Martin Luther King, Jr. was assassinated just eight days before Passover in 1968. Among those grieving his loss were Jews who had joined his nonviolent protest movement, and were dedicated to the causes of civil rights and peace that he championed. Many Jews brought discussions about civil rights to their seder tables that year.
By the next year, Rabbi Arthur Waskow had come up with the Freedom Seder. The inaugural seder, held in a black church in the heart of Washington D.C., and attended by Jews and other civil rights activists, intertwined the story of slavery under Pharaoh with the story of Black America’s struggle for liberation, and the liberation of other peoples as well.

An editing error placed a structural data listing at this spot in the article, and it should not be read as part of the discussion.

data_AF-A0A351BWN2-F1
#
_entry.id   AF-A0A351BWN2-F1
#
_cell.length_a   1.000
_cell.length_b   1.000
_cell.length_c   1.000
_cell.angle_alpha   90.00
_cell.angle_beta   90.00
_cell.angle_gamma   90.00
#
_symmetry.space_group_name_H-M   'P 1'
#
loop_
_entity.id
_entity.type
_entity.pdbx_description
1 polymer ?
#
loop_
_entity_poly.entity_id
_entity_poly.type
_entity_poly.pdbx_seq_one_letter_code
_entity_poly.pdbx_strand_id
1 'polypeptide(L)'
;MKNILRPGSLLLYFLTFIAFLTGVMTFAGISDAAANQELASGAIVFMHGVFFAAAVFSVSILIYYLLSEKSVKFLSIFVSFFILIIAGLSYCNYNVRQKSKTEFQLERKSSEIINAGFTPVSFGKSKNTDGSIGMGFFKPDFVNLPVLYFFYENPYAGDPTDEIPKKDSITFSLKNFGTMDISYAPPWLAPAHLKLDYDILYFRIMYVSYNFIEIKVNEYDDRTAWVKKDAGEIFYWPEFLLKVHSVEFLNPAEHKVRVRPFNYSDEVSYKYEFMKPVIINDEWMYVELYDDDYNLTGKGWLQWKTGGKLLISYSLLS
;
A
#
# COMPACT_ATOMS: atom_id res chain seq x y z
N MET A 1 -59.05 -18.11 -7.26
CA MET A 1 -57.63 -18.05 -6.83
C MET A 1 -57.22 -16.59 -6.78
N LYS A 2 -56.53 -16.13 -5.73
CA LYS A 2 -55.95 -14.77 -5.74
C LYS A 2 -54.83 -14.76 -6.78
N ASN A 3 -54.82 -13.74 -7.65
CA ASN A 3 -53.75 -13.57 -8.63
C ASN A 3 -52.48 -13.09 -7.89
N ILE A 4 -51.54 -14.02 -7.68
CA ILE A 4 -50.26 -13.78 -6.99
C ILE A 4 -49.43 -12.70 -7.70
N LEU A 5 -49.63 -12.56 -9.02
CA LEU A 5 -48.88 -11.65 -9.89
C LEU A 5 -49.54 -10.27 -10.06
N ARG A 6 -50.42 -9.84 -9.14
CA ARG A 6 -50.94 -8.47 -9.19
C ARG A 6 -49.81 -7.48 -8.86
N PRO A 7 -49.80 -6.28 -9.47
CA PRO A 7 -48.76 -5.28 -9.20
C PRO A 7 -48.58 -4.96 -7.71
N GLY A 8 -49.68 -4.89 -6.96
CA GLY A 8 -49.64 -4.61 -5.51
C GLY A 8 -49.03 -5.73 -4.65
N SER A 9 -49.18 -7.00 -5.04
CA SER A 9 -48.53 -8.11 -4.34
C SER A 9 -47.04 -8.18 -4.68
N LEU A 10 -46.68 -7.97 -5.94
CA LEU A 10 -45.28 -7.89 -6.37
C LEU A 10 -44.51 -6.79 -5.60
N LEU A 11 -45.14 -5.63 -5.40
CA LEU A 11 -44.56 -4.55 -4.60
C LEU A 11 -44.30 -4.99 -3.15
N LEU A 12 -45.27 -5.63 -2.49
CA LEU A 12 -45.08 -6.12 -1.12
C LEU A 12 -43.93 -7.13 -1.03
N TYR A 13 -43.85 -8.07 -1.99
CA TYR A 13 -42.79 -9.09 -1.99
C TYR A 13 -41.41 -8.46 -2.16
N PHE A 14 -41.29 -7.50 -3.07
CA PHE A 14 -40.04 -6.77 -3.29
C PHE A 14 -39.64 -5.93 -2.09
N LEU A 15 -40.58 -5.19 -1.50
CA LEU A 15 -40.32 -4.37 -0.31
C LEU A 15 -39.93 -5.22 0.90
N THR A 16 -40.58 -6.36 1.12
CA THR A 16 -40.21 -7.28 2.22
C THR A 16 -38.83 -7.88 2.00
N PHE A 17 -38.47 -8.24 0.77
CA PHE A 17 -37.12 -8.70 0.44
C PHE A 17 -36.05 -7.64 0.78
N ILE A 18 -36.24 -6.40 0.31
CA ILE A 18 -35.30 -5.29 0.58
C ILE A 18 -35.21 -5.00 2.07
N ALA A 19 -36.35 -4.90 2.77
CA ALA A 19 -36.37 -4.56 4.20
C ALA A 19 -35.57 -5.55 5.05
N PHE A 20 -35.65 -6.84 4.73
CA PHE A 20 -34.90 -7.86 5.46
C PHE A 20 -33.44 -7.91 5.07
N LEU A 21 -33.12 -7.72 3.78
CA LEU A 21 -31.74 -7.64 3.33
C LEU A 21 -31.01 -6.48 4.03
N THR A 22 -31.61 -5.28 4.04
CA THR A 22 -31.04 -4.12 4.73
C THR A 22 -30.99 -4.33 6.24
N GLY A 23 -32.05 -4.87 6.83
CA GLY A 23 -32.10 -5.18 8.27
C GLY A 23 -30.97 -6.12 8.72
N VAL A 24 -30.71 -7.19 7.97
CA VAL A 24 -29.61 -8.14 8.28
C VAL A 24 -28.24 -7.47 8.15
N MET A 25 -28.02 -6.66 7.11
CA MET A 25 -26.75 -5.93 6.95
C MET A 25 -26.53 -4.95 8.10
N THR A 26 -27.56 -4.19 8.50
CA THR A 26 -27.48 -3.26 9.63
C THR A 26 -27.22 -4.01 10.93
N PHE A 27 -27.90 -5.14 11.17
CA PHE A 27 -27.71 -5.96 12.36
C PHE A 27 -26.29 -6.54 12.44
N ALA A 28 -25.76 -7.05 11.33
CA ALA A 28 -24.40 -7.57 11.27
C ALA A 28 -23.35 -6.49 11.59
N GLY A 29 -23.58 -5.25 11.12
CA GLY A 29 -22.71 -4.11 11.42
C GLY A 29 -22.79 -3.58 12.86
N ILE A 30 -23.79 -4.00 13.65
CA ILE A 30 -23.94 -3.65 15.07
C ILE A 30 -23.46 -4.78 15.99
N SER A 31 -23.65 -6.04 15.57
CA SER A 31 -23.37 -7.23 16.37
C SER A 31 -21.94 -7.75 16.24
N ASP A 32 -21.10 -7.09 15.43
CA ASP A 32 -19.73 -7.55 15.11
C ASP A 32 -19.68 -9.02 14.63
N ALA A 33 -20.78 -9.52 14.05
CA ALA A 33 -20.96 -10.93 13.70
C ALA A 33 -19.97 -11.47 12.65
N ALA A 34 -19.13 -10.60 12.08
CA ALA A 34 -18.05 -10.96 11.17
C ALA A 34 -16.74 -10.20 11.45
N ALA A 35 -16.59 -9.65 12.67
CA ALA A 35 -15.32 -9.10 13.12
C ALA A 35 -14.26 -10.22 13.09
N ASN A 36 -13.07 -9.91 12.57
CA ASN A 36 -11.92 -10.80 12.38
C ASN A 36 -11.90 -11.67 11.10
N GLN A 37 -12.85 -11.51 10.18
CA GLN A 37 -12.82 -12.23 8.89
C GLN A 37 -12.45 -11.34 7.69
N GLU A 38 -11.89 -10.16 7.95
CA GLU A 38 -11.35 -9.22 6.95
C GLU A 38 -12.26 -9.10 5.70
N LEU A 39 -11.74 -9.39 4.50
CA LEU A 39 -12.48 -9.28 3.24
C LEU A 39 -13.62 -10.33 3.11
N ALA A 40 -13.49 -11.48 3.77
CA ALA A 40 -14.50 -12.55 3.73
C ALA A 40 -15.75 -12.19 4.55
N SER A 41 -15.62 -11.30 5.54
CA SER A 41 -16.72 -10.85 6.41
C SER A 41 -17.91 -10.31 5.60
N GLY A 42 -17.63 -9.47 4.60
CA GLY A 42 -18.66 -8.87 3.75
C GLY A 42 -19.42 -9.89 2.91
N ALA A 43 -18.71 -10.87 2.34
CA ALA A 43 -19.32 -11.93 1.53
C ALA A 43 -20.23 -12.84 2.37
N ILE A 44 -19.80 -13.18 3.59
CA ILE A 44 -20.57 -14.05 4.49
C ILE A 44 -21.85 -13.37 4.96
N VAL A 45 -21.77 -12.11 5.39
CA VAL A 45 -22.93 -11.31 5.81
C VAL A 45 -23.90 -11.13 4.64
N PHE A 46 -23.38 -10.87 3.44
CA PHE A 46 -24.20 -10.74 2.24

In surviving video footage from that seder you see lots of things you probably recognize from your own seder table: candles, matzah, a recitation of the ten plagues, families looking mildly bored. But there are probabaly elements that are less familiar, like dozens of people holding hands singing “We Shall Overcome” and “Solidarity Forever.”A priest jokes about birth control. Black and white participants probe their traditions and mull over the true meaning of freedom.
On Martin Luther King, Jr. Day, join us in honoring the legacy of Dr. King, and the complicated, rich history of black-Jewish relations.